All day long, Ezra laid on the ground in front of the Temple, weeping and confessing the sin of Israel. Again, note that Ezra had not sinned. But, he grieved over the sins of others, especially in light of God’s goodness to them in allowing them to return to Israel from Persia.

As Ezra grieved, people began to come to him and join him. They wept bitterly. Soon it was a “very great assembly” of men, women, and children. As they saw their leader mourn over sin in the congregation, they too became convicted of sin and join his mourning and grieving.


One Sees Hope

As the people grieved, one man stood up and urged Ezra to action. His name was Shecaniah. His grandfather, Elam, was one of the original exiles to return to Israel. (2:7) He acknowledged the sin of Israel in intermarriage. But, he also believed there was hope for Israel. Ezra, on the other hand, seemed to believe all might be lost, that they were likely to suffer severe judgment from God. 

Maybe Shecaniah remembered the words God spoke to Solomon at the dedication of the Temple:

If my people who are called by my name humble themselves and pray and seek my face and turn from their wicked ways, then I will hear from heaven and will forgive their sin and heal their land. (2 Chronicles 7:14)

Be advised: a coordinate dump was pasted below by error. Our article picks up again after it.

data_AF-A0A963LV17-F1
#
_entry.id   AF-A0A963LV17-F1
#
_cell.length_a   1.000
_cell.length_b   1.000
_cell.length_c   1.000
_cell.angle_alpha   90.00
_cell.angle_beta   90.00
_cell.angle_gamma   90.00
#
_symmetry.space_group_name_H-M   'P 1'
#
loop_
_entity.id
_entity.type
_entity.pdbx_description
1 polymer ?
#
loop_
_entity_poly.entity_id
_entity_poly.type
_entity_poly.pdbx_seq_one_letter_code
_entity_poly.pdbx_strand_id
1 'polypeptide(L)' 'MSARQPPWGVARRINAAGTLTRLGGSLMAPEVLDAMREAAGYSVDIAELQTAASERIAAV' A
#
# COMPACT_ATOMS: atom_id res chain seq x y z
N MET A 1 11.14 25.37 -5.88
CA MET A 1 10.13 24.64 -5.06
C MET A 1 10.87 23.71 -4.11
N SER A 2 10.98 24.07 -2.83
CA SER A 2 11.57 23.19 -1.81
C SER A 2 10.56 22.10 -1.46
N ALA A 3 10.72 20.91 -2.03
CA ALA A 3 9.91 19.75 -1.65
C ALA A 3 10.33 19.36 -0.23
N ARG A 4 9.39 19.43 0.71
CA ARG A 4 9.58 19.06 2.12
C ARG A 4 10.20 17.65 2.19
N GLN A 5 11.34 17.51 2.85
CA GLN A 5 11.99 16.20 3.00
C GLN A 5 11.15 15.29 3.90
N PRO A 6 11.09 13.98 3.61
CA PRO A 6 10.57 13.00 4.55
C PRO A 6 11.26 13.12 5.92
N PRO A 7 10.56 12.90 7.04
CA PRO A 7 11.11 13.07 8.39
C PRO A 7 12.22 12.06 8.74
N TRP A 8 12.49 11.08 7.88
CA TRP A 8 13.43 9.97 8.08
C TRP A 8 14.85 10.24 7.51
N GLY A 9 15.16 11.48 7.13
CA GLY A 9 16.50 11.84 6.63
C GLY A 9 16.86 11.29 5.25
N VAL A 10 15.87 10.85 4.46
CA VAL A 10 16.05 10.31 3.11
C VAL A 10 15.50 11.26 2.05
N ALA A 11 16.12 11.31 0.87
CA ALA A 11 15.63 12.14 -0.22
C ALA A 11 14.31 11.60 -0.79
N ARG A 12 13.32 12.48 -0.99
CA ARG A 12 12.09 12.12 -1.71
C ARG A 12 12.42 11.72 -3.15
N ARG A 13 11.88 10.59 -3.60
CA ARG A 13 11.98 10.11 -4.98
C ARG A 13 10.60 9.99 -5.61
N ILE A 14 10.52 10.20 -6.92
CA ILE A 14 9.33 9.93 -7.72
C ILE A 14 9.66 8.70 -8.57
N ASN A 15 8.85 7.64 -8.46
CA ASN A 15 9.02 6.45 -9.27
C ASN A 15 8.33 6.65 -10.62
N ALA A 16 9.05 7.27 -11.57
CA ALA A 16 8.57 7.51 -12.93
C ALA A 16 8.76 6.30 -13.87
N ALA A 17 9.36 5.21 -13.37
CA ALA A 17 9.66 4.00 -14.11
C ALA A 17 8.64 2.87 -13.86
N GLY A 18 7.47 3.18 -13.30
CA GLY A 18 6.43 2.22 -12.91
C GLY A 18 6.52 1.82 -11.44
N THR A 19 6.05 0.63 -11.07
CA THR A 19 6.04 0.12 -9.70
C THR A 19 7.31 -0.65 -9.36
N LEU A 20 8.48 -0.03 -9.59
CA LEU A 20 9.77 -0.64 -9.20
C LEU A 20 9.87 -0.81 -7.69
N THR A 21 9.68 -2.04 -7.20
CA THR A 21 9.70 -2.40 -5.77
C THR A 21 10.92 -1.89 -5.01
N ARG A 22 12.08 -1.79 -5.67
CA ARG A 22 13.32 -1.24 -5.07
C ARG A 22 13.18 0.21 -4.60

Shecaniah also proposed a solution. The people should make a covenant with God to put away the foreign wives in accordance with the law and under the counsel of Ezra. In other words, now that we have confessed, let us move forward in obedience. That is repentance, turning from sin to God.

Shecaniah also encouraged Ezra. He told him to get up because this was his task to do. Ezra was a priest and the spiritual leader of Israel at this point. But he was not alone, the very great assembly of people were with him, so he should be strong and get it done. 

This was good counsel on the part of Shecaniah. The people had to do more than feel sorry for the nation’s sin. The sin had to be removed. Repentance means turning away from sin and to God.


Ezra Steps Up

Ezra food Shecaniah’s advice. He got up from his grieving and gathered the leading priests and levites and other Jews and had them take an oath to rid Israel of the foreign wives.

Ezra then went back to mourning. He spent the night with a friend, but fasted. However, the priests and levites continued the work, keeping their oath They issued a proclamation throughout Judea that all of the returned exiles must assemble in Jerusalem in three days. If they did not, they would have their property confiscated and be banned from the congregation. In effect, they would be excommunicated.